[Editorial] Shanghai scandal
Published : Mar 10, 2011 - 18:10
Updated : Mar 10, 2011 - 18:10
Was she a mere visa broker or a spy of a Chinese intelligence agency? This question comes to mind first when we hear that several Korean diplomats at the consulate in Shanghai are accused of having affairs with a Chinese woman and leaking classified information to her.

The scandal first surfaced in November last year but the ministries whose officers were suspected of being involved in it did not bother to figure out whether it was a simple sex scandal or a serious espionage case. They did not report it to the prosecution, prime minister or the presidential office either.

The Prime Minister’s Office launched a probe into the case in late December after an anonymous tipster filed a complaint about the diplomats in Shanghai. The office found that at least two consuls had inappropriate relationships with the woman, identified by her surname Deng, and gave her secret information.

But the office stopped short of getting to the bottom of the case and left follow-up measures to the relevant ministries. The Ministry of Justice questioned the consul it dispatched to Shanghai but did not dig up the scandal after accepting his resignation.

The Foreign Ministry and the Ministry of Knowledge Economy also questioned their officials but did not go any further in the face of their denial of any serious wrongdoing. Neither the Prime Minister’s Office nor the ministries wanted to go deeper.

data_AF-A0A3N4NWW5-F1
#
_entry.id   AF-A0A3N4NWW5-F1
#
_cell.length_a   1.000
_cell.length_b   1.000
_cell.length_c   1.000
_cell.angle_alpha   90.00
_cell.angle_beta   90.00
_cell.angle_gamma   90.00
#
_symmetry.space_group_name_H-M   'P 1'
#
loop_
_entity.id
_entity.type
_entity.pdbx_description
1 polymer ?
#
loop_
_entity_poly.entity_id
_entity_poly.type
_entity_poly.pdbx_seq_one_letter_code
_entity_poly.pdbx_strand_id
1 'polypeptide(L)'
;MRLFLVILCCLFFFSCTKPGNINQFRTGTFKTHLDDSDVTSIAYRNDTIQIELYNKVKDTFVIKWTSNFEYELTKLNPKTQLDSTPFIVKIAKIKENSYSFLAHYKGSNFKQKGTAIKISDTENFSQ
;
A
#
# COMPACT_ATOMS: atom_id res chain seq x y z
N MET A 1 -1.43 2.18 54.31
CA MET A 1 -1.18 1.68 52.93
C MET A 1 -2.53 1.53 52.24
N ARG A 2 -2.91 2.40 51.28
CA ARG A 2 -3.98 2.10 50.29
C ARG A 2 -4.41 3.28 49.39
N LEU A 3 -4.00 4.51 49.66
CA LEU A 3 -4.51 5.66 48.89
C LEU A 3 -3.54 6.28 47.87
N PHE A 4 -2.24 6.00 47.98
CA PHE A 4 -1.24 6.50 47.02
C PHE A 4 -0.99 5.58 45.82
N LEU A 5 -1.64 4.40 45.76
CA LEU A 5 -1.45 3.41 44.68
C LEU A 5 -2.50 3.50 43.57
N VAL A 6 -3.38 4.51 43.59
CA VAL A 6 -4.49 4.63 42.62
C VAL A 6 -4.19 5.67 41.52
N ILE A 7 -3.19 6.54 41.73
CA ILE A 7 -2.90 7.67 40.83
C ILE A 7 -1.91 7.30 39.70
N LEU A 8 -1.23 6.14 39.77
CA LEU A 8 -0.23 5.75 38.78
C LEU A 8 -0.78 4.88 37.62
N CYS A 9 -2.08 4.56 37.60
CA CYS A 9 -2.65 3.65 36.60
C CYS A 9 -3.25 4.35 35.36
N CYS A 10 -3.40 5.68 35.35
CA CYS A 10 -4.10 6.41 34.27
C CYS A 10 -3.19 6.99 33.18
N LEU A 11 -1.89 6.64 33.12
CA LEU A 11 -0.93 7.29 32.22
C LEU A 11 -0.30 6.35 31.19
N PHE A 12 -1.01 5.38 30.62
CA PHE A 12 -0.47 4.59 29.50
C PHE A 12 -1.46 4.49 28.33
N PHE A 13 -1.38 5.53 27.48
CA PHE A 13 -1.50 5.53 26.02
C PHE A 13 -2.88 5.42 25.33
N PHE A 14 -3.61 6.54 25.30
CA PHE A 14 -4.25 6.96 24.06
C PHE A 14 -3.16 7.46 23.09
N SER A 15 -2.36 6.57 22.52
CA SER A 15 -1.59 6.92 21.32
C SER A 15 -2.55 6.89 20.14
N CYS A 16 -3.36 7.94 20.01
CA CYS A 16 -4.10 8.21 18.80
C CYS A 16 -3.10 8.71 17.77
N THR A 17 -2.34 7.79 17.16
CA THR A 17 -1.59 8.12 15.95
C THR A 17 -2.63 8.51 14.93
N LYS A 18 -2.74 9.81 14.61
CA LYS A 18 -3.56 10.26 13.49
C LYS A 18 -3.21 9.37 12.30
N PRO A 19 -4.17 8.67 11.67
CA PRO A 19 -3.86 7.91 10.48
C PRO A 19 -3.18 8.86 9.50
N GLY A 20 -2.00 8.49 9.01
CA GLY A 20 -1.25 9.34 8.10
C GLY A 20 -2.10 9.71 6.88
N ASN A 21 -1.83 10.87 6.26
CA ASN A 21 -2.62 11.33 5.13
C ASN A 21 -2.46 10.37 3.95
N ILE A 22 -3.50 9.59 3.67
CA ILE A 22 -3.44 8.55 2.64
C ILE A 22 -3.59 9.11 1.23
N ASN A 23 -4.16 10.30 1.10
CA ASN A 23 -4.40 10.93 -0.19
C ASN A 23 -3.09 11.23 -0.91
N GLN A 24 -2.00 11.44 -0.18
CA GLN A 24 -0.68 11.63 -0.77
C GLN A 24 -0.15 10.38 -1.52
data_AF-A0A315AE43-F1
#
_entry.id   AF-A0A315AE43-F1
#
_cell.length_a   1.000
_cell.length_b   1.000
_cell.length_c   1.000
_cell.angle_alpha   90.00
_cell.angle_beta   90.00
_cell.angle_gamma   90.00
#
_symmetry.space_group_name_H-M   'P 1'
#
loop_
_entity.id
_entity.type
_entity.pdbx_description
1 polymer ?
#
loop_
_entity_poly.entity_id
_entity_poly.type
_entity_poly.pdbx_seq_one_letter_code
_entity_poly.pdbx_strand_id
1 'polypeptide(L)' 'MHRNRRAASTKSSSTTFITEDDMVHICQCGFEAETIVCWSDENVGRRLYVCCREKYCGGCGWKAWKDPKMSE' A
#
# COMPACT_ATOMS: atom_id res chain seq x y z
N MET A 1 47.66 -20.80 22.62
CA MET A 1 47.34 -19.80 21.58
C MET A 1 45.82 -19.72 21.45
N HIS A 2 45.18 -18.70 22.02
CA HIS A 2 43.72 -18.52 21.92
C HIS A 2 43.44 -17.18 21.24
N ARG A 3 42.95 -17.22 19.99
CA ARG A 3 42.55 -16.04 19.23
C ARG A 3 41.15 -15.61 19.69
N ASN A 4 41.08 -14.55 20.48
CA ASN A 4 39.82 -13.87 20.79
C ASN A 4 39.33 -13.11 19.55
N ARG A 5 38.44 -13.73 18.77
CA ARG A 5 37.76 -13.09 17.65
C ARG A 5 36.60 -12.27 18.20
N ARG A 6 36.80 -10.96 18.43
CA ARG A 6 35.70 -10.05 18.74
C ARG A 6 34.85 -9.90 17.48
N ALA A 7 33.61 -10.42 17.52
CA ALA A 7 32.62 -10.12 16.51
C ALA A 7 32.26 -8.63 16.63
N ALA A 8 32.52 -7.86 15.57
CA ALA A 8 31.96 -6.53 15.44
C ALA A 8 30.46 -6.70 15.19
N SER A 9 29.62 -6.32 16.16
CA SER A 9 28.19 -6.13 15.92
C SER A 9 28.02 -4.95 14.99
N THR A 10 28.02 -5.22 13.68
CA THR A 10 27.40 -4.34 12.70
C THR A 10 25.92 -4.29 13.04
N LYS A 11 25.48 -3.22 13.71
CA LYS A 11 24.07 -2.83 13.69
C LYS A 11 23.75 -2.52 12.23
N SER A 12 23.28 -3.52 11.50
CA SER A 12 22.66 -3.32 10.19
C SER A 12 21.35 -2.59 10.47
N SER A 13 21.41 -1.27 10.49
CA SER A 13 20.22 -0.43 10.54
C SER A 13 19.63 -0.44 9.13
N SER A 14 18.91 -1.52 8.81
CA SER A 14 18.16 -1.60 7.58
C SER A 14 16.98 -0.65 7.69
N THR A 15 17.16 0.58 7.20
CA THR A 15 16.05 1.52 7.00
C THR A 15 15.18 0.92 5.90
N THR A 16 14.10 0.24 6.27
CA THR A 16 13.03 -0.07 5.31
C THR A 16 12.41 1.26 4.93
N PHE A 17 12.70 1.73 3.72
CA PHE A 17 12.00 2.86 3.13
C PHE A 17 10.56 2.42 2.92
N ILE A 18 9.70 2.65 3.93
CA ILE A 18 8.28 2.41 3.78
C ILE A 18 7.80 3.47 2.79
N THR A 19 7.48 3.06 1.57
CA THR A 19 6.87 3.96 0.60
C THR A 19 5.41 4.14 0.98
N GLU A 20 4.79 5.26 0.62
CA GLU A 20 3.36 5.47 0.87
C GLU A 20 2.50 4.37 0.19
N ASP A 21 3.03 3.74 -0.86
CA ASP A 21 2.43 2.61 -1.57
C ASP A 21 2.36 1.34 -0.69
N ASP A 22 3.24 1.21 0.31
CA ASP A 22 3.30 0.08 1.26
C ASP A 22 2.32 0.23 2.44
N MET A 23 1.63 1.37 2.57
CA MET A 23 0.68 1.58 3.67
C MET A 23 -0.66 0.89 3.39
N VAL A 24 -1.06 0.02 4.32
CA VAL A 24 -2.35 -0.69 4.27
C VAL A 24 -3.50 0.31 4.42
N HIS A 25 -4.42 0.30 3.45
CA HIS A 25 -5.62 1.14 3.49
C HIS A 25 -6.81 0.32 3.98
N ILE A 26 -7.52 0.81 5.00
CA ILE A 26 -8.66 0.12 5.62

Consequently, no one really knows for sure why Deng approached the diplomats. The 33-year-old woman is believed to be a visa broker and reportedly wanted to become an authorized visa agent. But the information contained in Deng’s USB memory stick, which was found and sent to the Korean government by her Korean husband, suggests she might be more than a simple visa broker.

The information leaked to her included not only visa-related documents of the Korean consulate but such sensitive materials as the mobile phone numbers of some 200 influential figures in the Korean government and the ruling Grand National Party.

These days, intelligence agents can wiretap people if they have their mobile phone numbers. Therefore, the leakage of the cell phone numbers raises the possibility of eavesdropping on the phone conversations of the 200 powerful figures in Korea.

The USB stick also contained a detailed itinerary outlining President Lee Myung-bak’s whereabouts during his visit to the Shanghai Expo in May last year.

Given the implications of the leakage of the presidential itinerary as well as the mobile phone numbers, a full-fledged investigation into the case is necessary ― all the more so in light of the possibility that there could be other information leaked to Deng that was not on the USB stick.

Foreign Minister Kim Sung-hwan said on Wednesday that an inter-agency probe team would be sent to Shanghai. Although belated, a thorough probe should start immediately. Based on the findings, the government needs to punish officials who dishonored the nation and harmed national interests by leaking classified information. Disciplinary measures will also have to taken for those who sought to cover up the case.